Teamsters union negotiators have withdrawn a contract demand that UPS Inc. ban the use of drones and autonomous vehicles to carry out package delivery services, according to a dissident Teamster group.
Denis Taylor, who heads the Teamsters' package division responsible for labor relations between the Atlanta-based company and the approximately 256,000 union members who handle UPS' main business line, pulled the proposal, according to a note published yesterday on the "Teamsters United" website. Teamsters United was a slate formed prior to the union's 2016 general election largely out of dissatisfaction with the mainstream Teamster leadership.
The note on the website did not disclose why Taylor withdrew the demand, or when he may have done it. Ken Paff, national organizer of the Teamsters for a Democratic Union (TDU), a dissident group that is working with Teamsters United, thought Taylor's decision was "odd," but ventured no guess as to why the demands were withdrawn.
The two sides completed the second week of talks on Friday aimed at reaching a new collective bargaining agreement to replace the five-year compact that expires Aug. 31. Paff said he doubted UPS pressured Taylor to pull the proposal because such an approach rarely, if ever, takes place so early in a contract negotiation. UPS and the Teamsters declined comment.
According to the site, UPS has also proposed to launch Sunday deliveries with the option of using part-time drivers operating their personal vehicles. The company has also requested all new employees deliver packages using their personal vehicles, Teamsters United said. The union opposes both proposals.
The site also said UPS wants to expand the use of "Surepost," a service it operates along with the U.S. Postal Service, so it could siphon delivery work from UPS Teamsters. Packages tendered to UPS and bound for residences are inducted deep into the postal network for final delivery by letter carriers. The Teamsters want to kill Surepost and turn over those deliveries to UPS union drivers.
In addition, UPS wants to be allowed to designate up to 20 percent of the routes at each location as residential routes, which Teamsters United said would result in drivers being paid at a lower rate than if they moved business-to-business packages. B2B packages, a high-margin business that has long been UPS' bread-and-butter, has been overtaken in the company's mix by business-to-consumer deliveries, a by-product of the soaring and seemingly relentless demand for e-commerce orders.
Teamsters United is headed by Fred Zuckerman, the head of Local 89 in Louisville, the location of UPS' primary air hub known as "Worldport," and the largest Teamster local in the UPS system with more than 10,000 members. In the 2016 election, Zuckerman came close to unseating incumbent James P. Hoffa, and outpolled Hoffa among U.S. voters. However, Hoffa's overwhelming victory margin in Canada offset the U.S. results and won him a fifth term as president. The slate captured six seats on the 24-member Teamster board, however. It is widely believed that most UPS Teamsters sided with Zuckerman in the election.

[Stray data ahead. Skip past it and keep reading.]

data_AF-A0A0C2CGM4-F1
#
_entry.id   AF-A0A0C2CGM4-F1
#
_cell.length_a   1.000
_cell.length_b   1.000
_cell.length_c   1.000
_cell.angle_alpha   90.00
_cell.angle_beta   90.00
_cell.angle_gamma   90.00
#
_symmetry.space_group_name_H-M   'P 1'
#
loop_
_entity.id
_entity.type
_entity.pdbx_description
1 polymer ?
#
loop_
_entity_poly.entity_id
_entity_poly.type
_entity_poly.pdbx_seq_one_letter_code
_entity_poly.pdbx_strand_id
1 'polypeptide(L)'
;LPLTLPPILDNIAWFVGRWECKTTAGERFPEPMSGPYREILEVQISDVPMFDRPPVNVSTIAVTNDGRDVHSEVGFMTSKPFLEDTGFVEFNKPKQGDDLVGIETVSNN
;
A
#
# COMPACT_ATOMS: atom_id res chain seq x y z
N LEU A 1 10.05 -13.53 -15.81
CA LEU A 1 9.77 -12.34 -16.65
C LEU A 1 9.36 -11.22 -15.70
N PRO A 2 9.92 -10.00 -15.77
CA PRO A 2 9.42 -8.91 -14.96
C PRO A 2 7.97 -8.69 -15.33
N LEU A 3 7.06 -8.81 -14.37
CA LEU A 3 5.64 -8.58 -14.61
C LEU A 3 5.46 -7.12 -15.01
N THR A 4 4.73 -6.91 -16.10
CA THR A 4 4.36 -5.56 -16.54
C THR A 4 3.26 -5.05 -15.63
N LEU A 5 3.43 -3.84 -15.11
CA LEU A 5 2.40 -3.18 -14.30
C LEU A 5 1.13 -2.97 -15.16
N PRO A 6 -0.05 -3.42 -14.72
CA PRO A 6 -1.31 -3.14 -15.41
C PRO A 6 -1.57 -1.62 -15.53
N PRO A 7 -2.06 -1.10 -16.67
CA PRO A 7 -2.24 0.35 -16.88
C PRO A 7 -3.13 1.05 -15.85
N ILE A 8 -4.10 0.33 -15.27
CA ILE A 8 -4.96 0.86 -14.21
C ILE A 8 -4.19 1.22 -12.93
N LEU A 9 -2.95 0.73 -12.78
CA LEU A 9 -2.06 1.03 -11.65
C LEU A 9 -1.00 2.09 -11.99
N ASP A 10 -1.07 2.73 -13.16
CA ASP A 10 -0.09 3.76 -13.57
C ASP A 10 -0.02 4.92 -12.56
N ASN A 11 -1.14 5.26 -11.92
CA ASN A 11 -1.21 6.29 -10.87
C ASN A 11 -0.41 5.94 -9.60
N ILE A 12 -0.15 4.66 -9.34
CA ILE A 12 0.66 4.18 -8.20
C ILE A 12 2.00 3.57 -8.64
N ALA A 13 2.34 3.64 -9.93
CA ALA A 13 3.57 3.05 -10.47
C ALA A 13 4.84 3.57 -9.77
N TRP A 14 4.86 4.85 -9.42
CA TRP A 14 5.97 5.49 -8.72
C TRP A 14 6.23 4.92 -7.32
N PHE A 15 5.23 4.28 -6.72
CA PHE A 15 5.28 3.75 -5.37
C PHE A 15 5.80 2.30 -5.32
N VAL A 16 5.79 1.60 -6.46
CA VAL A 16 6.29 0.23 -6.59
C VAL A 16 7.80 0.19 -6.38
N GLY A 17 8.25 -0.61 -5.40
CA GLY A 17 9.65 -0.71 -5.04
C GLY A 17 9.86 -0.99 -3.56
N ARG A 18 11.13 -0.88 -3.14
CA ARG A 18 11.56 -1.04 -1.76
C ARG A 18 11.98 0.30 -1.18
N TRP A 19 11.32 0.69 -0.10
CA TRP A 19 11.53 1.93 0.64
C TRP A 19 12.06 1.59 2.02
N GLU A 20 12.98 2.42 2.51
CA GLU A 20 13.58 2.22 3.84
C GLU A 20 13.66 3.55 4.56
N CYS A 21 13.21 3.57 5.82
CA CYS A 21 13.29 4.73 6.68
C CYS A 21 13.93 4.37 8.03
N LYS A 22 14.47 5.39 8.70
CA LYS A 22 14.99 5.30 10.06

Zuckerman, who has a history of volatile relations with UPS and Teamster leadership, is expected to be a major voice during the contract talks. The negotiating landscape is expected to change several times before an agreement is eventually reached.
The centerpiece of the Teamsters package division's initial salvo is a demand that UPS create 10,000 full-time small-package jobs out of 20,000 existing part-time positions as part of a pledge to fill at least 20,000 full-time jobs with part-time employees. The union also wants UPS to establish a "premium service driver" classification which will be utilized when the Atlanta-based company's existing over-the-road feeder network can't adequately meet its service requirements. Drivers would be typically used to move loads between ground and air hubs more than 250 miles apart, according to the union proposal.
Organized labor is typically suspicious of technological advancements for fear it will take jobs away from humans. UPS, which is moving aggressively to integrate technology across its entire operation, has made no secret of its interest in drones and has made drone testing available for public viewing. It has been more circumspect with regards to autonomous vehicles, sensitive to the direct impact their utilization would have on concerns over drivers' job security.
In a related development, Teamsters United said that concurrent contract talks with UPS Freight, UPS' less-than-truckload (LTL) unit, will go nowhere until the issue of subcontracting work to non-union drivers is dealt with to the rank-and-file's satisfaction. The union has proposed a ban on all subcontracting of work normally done by a bargaining unit member.
Economic issues such as wages and benefits will be addressed in future negotiations, the union group said. The roughly 12,000 UPS Freight Teamsters want "significant improvements" to what the group called a "substandard" contract.
Separately, UPS said it will build a $1 million package operations center in El Paso to support business in what is known as the "North America Borderplex." The center will serve a region that includes Texas, New Mexico and Ciudad Juarez, Chihuahua, Mexico, and is home to about 2.5 million people, UPS said.
The facility, which will add more than 153,000 square feet of new processing capacity, is expected to begin operating in late 2018, UPS said.
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